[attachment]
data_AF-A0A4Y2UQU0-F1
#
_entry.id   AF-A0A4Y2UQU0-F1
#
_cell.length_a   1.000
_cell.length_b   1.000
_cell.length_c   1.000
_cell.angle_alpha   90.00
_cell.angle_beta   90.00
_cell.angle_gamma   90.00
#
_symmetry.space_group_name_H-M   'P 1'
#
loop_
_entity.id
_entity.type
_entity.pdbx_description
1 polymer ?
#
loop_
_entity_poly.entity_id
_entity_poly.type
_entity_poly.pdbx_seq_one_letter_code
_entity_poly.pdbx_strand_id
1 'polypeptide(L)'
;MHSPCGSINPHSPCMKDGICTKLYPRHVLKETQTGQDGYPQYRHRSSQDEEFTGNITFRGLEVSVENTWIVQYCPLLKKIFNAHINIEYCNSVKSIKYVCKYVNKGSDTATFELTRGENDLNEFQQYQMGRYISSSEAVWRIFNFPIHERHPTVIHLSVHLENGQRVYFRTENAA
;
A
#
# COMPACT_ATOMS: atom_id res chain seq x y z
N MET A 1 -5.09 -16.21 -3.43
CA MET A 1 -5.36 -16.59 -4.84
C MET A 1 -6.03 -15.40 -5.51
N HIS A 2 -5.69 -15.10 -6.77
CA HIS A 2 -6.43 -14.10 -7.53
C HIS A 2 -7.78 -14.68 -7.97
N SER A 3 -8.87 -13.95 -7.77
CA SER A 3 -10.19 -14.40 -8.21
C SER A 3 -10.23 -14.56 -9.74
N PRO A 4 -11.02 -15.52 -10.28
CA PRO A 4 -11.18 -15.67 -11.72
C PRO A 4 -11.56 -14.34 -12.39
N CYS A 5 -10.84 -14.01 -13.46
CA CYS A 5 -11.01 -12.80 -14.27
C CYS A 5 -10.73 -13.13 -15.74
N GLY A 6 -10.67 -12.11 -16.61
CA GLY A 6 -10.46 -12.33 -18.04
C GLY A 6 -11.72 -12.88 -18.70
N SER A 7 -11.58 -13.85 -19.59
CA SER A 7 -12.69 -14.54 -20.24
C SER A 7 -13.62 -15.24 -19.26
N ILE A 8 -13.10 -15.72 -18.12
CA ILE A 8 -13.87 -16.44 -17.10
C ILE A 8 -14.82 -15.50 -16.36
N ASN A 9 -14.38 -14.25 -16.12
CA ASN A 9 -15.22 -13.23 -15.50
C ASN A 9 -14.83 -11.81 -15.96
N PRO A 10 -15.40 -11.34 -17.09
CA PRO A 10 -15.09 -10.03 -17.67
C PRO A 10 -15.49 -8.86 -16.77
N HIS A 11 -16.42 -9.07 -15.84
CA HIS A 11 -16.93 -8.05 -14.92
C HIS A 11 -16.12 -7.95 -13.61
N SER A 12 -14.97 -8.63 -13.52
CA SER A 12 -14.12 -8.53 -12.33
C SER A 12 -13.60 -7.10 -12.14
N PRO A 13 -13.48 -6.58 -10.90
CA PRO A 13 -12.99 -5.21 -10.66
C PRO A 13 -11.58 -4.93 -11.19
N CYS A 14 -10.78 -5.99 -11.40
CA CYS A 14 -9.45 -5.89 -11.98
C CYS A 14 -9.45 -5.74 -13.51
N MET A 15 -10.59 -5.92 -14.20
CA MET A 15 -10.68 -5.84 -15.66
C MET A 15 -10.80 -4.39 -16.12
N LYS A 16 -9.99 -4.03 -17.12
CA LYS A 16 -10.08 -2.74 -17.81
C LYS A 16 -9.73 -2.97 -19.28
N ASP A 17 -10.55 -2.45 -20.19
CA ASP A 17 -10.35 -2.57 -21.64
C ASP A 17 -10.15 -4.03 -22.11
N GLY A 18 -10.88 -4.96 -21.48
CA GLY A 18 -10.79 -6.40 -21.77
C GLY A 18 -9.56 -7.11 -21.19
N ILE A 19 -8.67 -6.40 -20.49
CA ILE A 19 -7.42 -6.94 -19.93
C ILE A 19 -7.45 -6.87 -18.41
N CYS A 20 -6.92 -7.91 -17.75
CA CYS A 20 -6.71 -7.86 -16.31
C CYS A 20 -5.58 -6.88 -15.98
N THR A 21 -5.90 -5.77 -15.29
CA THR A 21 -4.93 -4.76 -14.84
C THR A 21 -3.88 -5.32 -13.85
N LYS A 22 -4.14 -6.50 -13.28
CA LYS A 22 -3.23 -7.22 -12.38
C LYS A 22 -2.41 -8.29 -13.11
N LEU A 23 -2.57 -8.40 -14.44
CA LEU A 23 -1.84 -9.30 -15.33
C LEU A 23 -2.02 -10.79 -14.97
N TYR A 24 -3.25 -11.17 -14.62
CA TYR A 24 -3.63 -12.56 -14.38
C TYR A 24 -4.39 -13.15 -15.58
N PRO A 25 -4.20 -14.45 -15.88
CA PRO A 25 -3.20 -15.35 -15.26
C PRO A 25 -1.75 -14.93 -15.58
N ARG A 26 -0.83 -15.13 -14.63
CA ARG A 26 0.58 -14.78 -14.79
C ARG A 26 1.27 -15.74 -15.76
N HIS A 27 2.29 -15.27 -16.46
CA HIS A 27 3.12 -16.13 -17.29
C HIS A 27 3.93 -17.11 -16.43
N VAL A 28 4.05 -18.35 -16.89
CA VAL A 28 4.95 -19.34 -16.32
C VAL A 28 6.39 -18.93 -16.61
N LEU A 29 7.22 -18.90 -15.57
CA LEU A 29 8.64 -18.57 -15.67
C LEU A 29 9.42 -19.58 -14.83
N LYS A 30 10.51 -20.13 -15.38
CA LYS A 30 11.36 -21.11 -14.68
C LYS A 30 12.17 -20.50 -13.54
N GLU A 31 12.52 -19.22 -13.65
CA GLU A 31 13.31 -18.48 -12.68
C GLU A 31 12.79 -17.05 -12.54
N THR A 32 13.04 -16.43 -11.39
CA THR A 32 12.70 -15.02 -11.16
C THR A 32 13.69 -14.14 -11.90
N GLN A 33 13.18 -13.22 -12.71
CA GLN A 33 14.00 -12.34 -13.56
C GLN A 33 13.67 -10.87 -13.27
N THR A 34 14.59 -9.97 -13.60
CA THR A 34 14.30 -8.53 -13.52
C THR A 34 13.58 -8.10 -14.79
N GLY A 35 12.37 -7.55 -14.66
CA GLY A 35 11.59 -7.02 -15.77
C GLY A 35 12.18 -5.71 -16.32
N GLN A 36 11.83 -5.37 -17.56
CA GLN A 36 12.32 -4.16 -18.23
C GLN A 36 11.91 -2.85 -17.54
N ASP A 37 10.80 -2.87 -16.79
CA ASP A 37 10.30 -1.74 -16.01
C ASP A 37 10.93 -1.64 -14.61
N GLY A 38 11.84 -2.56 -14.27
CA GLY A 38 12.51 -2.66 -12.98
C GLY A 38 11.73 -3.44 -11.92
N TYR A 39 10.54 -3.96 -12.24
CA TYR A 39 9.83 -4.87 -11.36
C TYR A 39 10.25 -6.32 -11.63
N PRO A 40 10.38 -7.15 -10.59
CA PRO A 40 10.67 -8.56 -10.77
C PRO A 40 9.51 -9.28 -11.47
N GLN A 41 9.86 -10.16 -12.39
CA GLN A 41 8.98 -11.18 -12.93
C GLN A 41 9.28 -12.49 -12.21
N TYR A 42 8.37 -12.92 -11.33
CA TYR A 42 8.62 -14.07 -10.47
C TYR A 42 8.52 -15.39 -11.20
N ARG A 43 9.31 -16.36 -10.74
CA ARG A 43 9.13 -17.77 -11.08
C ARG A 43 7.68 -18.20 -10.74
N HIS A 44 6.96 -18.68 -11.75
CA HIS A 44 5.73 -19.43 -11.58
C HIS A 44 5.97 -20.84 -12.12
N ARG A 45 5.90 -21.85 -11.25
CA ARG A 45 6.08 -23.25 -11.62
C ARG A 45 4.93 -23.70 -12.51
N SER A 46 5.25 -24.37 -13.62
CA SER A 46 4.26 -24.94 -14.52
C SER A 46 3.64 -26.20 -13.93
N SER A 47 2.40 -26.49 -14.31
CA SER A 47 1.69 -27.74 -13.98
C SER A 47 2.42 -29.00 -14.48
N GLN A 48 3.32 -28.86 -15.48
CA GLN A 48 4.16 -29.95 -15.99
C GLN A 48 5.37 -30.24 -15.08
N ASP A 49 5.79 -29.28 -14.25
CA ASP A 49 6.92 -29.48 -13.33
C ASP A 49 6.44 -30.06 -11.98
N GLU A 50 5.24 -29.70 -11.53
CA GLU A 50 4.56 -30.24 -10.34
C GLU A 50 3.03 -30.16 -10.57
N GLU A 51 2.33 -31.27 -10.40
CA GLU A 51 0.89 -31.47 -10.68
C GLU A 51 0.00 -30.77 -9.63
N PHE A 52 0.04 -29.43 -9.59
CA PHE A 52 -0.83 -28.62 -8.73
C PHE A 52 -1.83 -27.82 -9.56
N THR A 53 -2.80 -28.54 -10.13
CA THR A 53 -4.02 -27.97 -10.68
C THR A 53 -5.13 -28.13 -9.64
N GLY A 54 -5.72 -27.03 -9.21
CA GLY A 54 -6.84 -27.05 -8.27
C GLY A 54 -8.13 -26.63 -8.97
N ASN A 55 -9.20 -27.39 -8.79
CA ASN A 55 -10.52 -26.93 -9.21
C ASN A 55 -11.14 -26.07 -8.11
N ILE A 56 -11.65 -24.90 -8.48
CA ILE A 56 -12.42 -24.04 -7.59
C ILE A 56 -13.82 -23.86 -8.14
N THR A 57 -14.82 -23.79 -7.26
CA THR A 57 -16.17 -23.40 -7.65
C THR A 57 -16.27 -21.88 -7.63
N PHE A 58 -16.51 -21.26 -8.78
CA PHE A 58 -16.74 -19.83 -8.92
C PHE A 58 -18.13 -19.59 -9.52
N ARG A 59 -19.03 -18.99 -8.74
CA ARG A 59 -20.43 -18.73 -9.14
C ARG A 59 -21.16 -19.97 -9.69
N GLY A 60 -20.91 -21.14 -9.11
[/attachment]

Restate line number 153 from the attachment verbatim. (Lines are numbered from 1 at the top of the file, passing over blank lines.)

C GLN A 41 9.28 -12.49 -12.21